With summer days dwindling, Google (NASDAQ:GOOG) has less than two weeks to make good on its pledge to launch its Google Wallet mobile payment service.
Google Wallet is a mobile application service that will let owners of Sprint's (NYSE:S) Samsung Nexus S 4G smartphones use their phone as a wallet at some 20 retailers and restaurants.
Users tap their phones to a point-of-sale system made to pay for goods. Citi, MasterCard and First Data are enabling payments for Google Wallet, which leverages near field communication (NFC) to enable the smartphones and point-of-sale terminals to process purchase transactions.
The company aims to launch the service this summer in New York City and San Francisco. Wallet hasn't launched yet, and there is no sign that it is coming with a little over two weeks left in the summer.
"Our hope is to make an announcement in the next few weeks but don't have anything set yet," a Google spokesperson told eWEEK earlier this month.
ISIS, the mobile payment group backed by Verizon Wireless (NYSE:VZW), AT&T (NYSE:T) and T-Mobile, apparently isn't taking any chances. Bloomberg said the carrier group, which unveiled its own tap-and-pay effort in July, plans to invest $100 million to build out its mobile payment plans to challenge Wallet.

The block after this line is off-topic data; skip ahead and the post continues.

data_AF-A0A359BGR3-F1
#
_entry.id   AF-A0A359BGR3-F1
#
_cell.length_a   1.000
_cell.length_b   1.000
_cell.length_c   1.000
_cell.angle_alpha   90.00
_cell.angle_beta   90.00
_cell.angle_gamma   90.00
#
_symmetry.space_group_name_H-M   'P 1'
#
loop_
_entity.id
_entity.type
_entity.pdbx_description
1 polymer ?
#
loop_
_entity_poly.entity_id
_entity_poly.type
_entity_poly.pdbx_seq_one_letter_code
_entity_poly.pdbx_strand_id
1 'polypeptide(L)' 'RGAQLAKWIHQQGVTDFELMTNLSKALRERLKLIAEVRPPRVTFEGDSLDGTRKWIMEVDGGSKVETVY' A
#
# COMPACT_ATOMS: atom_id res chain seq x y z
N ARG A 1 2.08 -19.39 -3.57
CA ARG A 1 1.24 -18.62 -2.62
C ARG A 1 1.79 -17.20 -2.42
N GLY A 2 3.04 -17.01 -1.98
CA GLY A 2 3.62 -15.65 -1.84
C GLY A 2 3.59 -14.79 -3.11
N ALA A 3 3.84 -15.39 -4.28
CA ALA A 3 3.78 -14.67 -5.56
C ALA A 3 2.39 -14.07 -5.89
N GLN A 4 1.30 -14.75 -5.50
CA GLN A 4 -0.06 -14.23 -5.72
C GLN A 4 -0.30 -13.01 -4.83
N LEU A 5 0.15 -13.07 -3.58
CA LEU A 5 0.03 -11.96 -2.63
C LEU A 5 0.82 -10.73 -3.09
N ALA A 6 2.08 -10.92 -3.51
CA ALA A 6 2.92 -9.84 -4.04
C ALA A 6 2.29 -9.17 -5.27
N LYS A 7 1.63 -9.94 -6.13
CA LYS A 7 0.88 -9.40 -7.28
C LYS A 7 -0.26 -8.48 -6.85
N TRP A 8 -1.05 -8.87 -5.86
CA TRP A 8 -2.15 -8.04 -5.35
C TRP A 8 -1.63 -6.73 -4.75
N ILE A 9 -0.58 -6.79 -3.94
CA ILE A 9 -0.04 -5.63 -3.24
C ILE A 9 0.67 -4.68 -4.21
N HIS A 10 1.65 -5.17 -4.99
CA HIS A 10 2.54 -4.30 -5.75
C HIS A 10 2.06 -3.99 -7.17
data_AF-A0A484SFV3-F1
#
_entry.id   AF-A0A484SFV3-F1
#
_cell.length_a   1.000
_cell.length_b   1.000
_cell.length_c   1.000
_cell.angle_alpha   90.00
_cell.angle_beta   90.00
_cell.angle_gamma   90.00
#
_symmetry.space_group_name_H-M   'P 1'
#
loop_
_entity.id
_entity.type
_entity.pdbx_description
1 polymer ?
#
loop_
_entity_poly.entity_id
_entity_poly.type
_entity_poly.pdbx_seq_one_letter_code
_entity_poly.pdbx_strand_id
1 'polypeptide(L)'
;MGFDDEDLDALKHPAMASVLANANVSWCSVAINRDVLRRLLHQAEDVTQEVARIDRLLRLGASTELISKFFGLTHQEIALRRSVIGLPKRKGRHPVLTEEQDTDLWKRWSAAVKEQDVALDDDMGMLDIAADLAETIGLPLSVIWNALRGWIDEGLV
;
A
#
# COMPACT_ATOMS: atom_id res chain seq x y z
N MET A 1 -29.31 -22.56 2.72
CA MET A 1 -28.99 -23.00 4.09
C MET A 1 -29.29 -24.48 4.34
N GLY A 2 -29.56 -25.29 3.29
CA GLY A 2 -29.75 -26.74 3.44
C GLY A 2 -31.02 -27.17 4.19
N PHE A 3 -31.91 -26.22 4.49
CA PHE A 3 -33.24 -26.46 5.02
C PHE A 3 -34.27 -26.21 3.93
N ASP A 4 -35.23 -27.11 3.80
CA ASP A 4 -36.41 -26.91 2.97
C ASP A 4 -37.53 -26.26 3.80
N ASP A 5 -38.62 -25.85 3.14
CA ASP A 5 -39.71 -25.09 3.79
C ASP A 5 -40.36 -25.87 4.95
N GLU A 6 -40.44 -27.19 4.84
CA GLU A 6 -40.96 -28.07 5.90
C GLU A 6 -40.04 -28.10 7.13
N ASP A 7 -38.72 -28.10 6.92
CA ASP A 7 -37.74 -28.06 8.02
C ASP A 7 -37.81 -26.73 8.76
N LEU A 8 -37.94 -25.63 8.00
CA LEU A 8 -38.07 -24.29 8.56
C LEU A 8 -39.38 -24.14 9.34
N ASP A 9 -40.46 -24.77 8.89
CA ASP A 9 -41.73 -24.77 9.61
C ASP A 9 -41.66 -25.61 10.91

An ISIS spokesperson declined comment, referring all questions to the carriers themselves. A Verizon spokesperson Jeffrey Nelson told eWEEK: "We're not commenting on this rumor."
Bloomberg said the $100 million infusion in ISIS would go toward securing more banks and merchants. What's interesting about this is, on paper, ISIS' deck of cards has got Google Wallet's deck soundly beaten.
ISIS' access points for mobile payments are far superior. Google has only secured Sprint and its Nexus S 4G phone for the NFC-based service. The carriers will be able to offer ISIS across multiple NFC-based Android 2.3 "Gingerbread" handsets.